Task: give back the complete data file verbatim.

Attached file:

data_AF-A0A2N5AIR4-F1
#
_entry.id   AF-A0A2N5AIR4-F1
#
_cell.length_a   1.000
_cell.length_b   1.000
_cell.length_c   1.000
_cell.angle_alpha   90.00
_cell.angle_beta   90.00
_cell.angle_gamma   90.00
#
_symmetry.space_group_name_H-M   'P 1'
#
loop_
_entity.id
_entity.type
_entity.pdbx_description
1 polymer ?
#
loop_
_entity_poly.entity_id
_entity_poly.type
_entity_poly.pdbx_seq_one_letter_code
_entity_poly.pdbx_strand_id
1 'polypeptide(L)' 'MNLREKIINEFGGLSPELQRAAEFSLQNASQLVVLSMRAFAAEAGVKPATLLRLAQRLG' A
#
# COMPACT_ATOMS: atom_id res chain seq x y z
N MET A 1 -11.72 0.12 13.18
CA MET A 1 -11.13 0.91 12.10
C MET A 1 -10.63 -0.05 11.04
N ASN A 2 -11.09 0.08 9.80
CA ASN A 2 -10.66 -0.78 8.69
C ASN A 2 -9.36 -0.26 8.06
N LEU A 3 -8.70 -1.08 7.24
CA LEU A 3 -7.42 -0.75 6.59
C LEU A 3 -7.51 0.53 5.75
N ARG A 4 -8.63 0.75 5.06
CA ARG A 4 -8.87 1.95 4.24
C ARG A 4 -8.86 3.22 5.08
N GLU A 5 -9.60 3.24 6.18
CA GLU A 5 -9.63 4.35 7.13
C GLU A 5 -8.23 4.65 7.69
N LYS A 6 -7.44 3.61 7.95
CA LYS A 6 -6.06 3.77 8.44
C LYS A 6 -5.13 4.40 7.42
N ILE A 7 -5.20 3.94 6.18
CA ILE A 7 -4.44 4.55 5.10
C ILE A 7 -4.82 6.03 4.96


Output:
data_AF-A0A2N5AIR4-F1
#
_entry.id   AF-A0A2N5AIR4-F1
#
_cell.length_a   1.000
_cell.length_b   1.000
_cell.length_c   1.000
_cell.angle_alpha   90.00
_cell.angle_beta   90.00
_cell.angle_gamma   90.00
#
_symmetry.space_group_name_H-M   'P 1'
#
loop_
_entity.id
_entity.type
_entity.pdbx_description
1 polymer ?
#
loop_
_entity_poly.entity_id
_entity_poly.type
_entity_poly.pdbx_seq_one_letter_code
_entity_poly.pdbx_strand_id
1 'polypeptide(L)' 'MNLREKIINEFGGLSPELQRAAEFSLQNASQLVVLSMRAFAAEAGVKPATLLRLAQRLG' A
#
# COMPACT_ATOMS: atom_id res chain seq x y z
N MET A 1 -11.72 0.12 13.18
CA MET A 1 -11.13 0.91 12.10
C MET A 1 -10.63 -0.05 11.04
N ASN A 2 -11.09 0.08 9.80
CA ASN A 2 -10.66 -0.78 8.69
C ASN A 2 -9.36 -0.26 8.06
N LEU A 3 -8.70 -1.08 7.24
CA LEU A 3 -7.42 -0.75 6.59
C LEU A 3 -7.51 0.53 5.75
N ARG A 4 -8.63 0.75 5.06
CA ARG A 4 -8.87 1.95 4.24
C ARG A 4 -8.86 3.22 5.08
N GLU A 5 -9.60 3.24 6.18
CA GLU A 5 -9.63 4.35 7.13
C GLU A 5 -8.23 4.65 7.69
N LYS A 6 -7.44 3.61 7.95
CA LYS A 6 -6.06 3.77 8.44
C LYS A 6 -5.13 4.40 7.42
N ILE A 7 -5.20 3.94 6.18
CA ILE A 7 -4.44 4.55 5.10
C ILE A 7 -4.82 6.03 4.96